BEN DIETDERICH: As a student who’s come out of Hillsdale recently and been in the real world doing an internship, one of the hardest things I’ve noticed is walking that balance between networking but also not feeling like you’re just using the person, so to speak. It’s an uncomfortable situation when you’re first getting into it.
PATRICK DAVENPORT: You definitely don’t want to be utilitarian. Networking is a conscious act. It should be part of who you are, in the sense that you’re just being a good person—you’re being yourself, being friendly. That is building your network. If you’re intentionally trying to build your network, which can be okay, it’s going to come across more forced, and you’re going to feel a little ickier about it. But networking is different than clicking on someone’s LinkedIn profile. It’s your real life. It’s who you are.
BEN DIETDERICH: Why is it so important? Some people will think, I have a qualified resume. I’m coming out of Hillsdale. I can do this. I don’t need any special favors. Why is networking so important?
PATRICK DAVENPORT: I’ve done some hiring at a couple of different jobs I’ve had. I think I’ve had four, maybe five jobs in the last four years. And everybody wants smart people. They want good people. If I’m looking to hire someone, and I see that they’re from the same town as this guy—they went to the same high school—the first thing I do is ask my colleague, “Did you ever meet Ben Dietderich? What can you tell me about him?” Because you don’t want to take a flyer on somebody. It’s easy to look good on paper, but the handshake test is a lot better—to have spent some time with this person. Everybody I’ve seen get a really good job has had someone inside the company advocating for them.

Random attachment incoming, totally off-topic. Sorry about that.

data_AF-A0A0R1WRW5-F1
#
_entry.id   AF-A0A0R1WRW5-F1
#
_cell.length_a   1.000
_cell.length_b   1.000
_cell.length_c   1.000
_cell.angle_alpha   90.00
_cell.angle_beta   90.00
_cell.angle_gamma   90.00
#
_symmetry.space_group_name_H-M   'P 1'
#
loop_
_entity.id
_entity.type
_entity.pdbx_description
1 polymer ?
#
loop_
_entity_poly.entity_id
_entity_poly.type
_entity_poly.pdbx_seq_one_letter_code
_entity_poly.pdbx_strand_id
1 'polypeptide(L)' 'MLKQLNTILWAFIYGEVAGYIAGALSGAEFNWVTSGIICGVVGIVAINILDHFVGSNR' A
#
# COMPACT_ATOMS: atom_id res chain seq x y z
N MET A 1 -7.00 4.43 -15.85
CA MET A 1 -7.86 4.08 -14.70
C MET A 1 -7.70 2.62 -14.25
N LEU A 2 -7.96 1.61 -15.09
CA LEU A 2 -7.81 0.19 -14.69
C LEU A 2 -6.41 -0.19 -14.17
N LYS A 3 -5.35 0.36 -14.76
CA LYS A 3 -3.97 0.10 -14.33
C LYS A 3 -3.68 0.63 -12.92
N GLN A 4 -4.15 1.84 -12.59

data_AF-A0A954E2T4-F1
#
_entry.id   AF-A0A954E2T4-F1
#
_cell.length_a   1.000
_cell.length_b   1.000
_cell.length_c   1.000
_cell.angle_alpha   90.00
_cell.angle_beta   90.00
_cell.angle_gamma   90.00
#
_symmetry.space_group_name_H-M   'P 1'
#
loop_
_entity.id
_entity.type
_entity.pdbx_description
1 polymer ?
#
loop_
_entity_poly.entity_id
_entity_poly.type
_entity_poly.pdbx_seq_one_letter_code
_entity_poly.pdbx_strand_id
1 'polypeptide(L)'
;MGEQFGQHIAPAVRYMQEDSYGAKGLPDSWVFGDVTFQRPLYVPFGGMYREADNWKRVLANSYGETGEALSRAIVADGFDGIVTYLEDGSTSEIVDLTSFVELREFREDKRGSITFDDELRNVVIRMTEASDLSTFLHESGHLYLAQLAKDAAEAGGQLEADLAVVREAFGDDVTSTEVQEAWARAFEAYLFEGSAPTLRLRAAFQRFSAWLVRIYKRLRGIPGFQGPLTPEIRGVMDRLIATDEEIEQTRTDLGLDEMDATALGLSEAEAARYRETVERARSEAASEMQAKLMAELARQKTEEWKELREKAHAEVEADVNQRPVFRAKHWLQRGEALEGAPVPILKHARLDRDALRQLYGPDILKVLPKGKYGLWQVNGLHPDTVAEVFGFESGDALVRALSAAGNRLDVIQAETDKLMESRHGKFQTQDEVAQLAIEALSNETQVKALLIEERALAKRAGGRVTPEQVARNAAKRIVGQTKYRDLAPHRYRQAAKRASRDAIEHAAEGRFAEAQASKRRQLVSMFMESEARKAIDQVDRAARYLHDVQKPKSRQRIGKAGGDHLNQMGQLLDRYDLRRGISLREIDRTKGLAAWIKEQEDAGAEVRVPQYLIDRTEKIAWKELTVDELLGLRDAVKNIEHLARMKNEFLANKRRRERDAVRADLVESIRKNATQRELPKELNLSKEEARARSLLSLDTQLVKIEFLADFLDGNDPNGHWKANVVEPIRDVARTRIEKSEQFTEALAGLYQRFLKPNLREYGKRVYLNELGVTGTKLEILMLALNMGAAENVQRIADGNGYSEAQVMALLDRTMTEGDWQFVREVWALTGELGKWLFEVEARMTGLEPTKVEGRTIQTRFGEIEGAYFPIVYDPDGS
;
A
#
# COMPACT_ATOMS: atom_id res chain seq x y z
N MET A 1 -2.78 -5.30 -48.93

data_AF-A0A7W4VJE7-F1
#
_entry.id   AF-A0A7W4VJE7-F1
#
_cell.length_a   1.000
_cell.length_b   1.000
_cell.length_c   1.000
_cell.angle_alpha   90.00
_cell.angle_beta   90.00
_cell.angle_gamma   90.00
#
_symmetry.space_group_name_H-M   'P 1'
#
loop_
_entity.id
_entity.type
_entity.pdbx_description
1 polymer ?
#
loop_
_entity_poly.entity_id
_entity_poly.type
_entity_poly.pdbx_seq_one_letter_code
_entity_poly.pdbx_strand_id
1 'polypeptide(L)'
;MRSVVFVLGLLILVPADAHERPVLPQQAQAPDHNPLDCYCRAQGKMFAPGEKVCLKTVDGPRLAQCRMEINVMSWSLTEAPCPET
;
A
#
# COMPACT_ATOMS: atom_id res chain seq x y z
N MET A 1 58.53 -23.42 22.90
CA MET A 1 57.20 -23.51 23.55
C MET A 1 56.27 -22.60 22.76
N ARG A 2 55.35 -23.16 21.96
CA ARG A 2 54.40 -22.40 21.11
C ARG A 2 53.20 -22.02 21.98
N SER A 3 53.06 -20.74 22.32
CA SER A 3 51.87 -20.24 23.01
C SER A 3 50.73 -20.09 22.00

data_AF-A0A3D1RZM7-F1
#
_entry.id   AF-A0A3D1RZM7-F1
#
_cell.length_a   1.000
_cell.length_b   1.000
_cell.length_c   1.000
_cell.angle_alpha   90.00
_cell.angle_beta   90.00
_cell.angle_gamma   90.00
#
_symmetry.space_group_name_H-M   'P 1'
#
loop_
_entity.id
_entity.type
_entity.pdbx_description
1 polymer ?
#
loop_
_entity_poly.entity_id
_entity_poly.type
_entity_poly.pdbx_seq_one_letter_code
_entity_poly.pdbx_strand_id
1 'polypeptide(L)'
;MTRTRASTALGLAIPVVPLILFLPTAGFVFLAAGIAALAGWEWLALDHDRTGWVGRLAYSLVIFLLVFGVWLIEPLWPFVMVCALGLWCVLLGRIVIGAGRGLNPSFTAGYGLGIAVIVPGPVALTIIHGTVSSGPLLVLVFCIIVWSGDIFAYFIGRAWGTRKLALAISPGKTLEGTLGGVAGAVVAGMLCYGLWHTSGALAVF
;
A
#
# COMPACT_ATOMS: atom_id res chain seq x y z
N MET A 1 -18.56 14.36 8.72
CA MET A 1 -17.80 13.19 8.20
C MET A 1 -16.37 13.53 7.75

BEN DIETDERICH: How about for alumni who are already out there? They’ve got their first job, maybe their second job. Should they still be concerned with networking? And if so, why?
PATRICK DAVENPORT: They should be more concerned with networking. Most of my networking really didn’t happen as an intern. It happened in the professional workforce.
The easiest person to network with is your boss. You want to be an employee who is easy to manage and does a good job and helps their boss out, because that person might move jobs in a year or two years. And you should always be able to reach out to that person who went before you. A third of the people at your first job won’t be there in two years, so win them over. Chances are they’re going to be higher on the chain at their other companies in five or ten years. Whether they’re at a competitor in the industry or in a different industry, those are people who always should be able to say, “That’s a guy I want on my team.”